The La Gomera giant lizard is a lacertid species that can be found on the island of La Gomera, one of the Canary Islands. It is distinguishable from any other member of Gallotia by the intense white colour that covers its neck and area around the mouth, in spectacular contrast to its dark brown back; this lizard is diurnal and herbivorous, grows up to half a metre long. The females lay a single clutch annually of three to seven eggs on average, its population trend has been increasing since 2001. Apparent La Gomera giant lizards are listed in reports on La Gomera up to the 19th century, but not thereafter; the species was described from subfossil remains in 1985 having gone extinct by then. Spanish biologists led by Juan Carlos Rando rediscovered this species in 1999; the biologists found only six living individuals. The current population of the La Gomera giant lizard consists of 90 individuals remaining in the wild, a captive stock of about 44 animals; this species is now only known from two separate inaccessible cliffs 2 km apart, close to the Valle Gran Rey.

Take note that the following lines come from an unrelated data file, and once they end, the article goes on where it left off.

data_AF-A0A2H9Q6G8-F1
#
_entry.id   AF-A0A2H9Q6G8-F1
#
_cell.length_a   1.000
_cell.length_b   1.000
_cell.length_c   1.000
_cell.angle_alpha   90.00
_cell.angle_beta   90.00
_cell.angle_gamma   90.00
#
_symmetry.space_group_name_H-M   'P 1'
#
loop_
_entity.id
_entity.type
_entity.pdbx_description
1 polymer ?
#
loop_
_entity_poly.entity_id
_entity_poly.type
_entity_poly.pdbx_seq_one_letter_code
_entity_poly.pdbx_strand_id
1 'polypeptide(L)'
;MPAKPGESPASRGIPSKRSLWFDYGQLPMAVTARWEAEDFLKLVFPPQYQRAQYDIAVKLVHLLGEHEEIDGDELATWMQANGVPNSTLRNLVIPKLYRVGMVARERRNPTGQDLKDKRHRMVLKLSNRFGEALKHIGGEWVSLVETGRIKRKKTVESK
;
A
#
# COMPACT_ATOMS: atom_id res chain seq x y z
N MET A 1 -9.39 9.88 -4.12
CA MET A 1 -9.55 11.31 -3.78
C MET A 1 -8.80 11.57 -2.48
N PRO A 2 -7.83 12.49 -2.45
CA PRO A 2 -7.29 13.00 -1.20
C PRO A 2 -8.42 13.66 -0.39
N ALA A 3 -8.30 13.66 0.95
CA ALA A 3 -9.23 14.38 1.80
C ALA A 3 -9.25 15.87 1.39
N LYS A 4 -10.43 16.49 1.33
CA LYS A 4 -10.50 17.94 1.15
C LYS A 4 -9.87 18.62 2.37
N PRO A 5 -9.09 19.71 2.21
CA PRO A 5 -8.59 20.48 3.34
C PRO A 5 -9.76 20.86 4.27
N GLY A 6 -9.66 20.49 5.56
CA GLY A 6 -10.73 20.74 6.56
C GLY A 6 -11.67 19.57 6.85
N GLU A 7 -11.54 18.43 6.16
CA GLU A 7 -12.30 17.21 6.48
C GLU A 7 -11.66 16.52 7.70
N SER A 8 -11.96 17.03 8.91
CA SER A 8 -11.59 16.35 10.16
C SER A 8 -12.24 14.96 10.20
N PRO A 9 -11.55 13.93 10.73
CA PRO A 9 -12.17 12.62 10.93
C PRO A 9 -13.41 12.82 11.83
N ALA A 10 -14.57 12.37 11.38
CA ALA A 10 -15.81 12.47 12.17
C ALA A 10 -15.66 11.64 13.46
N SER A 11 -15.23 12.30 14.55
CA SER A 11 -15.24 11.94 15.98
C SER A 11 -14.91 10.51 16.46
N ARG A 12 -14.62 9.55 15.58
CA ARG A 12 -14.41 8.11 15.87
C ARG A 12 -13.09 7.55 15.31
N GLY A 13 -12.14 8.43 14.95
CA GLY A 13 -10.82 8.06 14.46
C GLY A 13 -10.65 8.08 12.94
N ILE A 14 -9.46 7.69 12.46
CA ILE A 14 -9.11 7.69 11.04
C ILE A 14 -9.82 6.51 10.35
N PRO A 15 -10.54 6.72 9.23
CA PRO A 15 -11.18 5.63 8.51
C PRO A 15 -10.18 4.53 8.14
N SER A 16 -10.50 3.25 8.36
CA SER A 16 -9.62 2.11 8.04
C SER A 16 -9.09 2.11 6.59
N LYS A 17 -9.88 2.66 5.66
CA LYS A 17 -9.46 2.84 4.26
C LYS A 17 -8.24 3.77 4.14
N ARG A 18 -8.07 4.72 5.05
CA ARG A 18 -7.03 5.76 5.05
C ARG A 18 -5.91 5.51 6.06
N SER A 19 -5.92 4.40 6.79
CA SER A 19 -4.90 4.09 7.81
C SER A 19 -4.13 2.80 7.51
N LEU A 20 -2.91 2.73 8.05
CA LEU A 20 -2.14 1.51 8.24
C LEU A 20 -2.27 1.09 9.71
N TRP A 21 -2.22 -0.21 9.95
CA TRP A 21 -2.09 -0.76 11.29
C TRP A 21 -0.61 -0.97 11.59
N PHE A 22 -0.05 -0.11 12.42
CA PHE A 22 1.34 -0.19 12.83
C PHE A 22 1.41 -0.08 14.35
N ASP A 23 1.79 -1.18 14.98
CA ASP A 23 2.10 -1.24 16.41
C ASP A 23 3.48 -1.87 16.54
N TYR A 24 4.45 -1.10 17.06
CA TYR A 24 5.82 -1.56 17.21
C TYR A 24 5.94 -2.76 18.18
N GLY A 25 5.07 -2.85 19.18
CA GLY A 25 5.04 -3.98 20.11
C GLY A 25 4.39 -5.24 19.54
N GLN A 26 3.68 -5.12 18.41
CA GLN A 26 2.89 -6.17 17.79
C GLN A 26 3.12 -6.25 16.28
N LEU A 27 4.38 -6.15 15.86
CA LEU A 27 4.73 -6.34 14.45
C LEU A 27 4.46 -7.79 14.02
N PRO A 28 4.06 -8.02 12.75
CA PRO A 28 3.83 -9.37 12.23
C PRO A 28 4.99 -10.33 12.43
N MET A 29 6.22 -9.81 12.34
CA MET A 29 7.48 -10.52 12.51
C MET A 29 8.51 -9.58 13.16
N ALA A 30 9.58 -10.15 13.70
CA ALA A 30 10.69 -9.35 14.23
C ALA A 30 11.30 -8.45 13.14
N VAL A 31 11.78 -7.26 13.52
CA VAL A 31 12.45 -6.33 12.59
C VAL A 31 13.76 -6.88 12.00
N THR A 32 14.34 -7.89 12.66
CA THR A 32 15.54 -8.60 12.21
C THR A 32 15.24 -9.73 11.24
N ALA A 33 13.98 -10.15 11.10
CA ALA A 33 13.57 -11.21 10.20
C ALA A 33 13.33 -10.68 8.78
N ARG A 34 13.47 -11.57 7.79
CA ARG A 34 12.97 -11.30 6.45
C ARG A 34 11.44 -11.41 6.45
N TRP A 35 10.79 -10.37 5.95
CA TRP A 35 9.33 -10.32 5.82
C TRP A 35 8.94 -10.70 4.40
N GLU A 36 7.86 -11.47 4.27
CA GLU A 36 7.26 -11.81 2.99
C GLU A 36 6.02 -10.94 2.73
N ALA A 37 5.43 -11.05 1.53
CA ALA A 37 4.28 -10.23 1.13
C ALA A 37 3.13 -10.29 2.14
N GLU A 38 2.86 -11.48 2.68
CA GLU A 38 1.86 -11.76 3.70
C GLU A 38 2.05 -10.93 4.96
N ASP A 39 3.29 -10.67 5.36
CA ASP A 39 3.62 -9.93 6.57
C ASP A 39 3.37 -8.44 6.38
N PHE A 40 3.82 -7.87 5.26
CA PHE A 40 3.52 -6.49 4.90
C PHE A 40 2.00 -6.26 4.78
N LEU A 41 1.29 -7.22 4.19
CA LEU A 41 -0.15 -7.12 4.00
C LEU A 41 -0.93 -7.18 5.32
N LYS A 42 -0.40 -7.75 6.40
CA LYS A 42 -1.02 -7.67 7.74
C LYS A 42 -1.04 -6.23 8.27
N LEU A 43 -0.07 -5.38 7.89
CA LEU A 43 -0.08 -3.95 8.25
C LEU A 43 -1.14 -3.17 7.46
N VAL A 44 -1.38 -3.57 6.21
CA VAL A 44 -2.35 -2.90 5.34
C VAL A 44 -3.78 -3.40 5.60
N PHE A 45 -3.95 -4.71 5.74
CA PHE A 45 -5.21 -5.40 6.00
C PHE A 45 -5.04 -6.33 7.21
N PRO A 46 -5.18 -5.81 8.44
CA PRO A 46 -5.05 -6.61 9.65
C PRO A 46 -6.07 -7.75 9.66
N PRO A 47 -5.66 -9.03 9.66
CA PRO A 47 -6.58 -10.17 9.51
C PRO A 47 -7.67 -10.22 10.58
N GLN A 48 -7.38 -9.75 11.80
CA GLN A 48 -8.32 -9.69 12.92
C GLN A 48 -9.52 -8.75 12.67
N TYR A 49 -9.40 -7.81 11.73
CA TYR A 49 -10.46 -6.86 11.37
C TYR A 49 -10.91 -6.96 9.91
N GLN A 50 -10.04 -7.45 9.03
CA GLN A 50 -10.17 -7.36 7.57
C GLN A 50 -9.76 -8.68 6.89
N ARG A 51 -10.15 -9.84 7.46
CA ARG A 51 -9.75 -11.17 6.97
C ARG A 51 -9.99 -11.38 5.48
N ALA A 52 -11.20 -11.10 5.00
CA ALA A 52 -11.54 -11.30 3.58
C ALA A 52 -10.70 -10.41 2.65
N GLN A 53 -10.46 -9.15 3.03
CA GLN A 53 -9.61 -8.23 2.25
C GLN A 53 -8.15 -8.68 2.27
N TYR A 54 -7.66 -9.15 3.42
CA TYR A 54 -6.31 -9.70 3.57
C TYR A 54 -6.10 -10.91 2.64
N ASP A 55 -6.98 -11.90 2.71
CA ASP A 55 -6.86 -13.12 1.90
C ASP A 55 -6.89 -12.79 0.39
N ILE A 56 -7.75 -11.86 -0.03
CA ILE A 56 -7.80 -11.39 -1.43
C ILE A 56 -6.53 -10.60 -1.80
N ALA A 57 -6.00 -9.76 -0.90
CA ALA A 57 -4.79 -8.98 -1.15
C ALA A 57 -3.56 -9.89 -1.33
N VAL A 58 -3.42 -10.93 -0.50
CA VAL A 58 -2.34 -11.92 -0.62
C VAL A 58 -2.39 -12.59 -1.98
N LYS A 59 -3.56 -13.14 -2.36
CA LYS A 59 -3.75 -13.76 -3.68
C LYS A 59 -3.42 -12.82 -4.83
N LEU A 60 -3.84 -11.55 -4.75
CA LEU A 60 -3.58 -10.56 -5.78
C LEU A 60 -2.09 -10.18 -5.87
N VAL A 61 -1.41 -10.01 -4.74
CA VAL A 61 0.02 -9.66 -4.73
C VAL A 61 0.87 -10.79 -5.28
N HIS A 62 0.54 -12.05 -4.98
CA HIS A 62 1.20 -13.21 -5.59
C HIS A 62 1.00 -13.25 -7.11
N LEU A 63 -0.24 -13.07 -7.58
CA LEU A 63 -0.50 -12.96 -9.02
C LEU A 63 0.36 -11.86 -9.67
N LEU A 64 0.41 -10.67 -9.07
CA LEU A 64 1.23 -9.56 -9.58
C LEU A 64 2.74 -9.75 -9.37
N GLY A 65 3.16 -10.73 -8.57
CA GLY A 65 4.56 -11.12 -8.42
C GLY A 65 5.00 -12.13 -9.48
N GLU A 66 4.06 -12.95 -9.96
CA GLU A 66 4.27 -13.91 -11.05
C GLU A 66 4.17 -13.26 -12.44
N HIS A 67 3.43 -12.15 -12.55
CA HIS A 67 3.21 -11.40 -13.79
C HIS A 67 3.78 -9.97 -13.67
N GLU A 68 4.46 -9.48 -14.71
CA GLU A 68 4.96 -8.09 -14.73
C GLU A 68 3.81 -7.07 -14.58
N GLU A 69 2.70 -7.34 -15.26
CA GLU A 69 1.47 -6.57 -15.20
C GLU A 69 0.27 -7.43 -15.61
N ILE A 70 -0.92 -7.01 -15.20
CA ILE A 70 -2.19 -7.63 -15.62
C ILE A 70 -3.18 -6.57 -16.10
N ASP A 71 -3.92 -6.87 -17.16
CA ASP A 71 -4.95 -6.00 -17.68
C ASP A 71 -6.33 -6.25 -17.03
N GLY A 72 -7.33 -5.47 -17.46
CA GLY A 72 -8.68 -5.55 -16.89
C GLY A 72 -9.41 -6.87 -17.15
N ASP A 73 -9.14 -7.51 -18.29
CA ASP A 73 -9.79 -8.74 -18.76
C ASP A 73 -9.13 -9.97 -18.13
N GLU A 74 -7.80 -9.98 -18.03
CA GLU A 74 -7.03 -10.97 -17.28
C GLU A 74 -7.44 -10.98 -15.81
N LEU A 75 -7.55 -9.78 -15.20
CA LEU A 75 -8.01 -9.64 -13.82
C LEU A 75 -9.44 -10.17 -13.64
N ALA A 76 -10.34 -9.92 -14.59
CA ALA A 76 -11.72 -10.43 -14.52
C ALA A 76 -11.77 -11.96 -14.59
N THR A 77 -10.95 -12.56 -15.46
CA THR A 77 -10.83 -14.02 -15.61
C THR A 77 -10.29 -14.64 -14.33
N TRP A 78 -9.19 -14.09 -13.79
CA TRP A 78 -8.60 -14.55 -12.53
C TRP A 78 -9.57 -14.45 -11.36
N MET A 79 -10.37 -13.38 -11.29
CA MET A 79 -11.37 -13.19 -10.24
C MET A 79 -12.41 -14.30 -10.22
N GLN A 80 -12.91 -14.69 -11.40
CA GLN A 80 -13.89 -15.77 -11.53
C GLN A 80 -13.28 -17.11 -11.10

The La Gomera giant lizard is thought to have once ranged throughout much of La Gomera and in many habitat types. Nowadays it is found in the Parque Rural de Valle Gran Rey, the present range is less than one hectare and is restricted to dry cliffs with sparse vegetation; the La Gomera Giant Lizard is listed as Critically Endangered by the IUCN Red List. The species declined through overgrazing and predation by feral cats and rats. Nowadays the main threats are predation by feral cats, rock falls within its restricted range; the species is protected by international legislation, a species recovery plan is in place. On La Gomera, a captive breeding programme has been established in order to increase the number of individuals. To ensure the survival of the remaining populations and facilitate eventual reintroductions, the feral cat population around the species' range will need to be controlled. In his scientific description, the German zoologist R. Hutterer referred the subfossil remains from La Gomera to two subspecies of Gallotia simonyi with the differences being size related.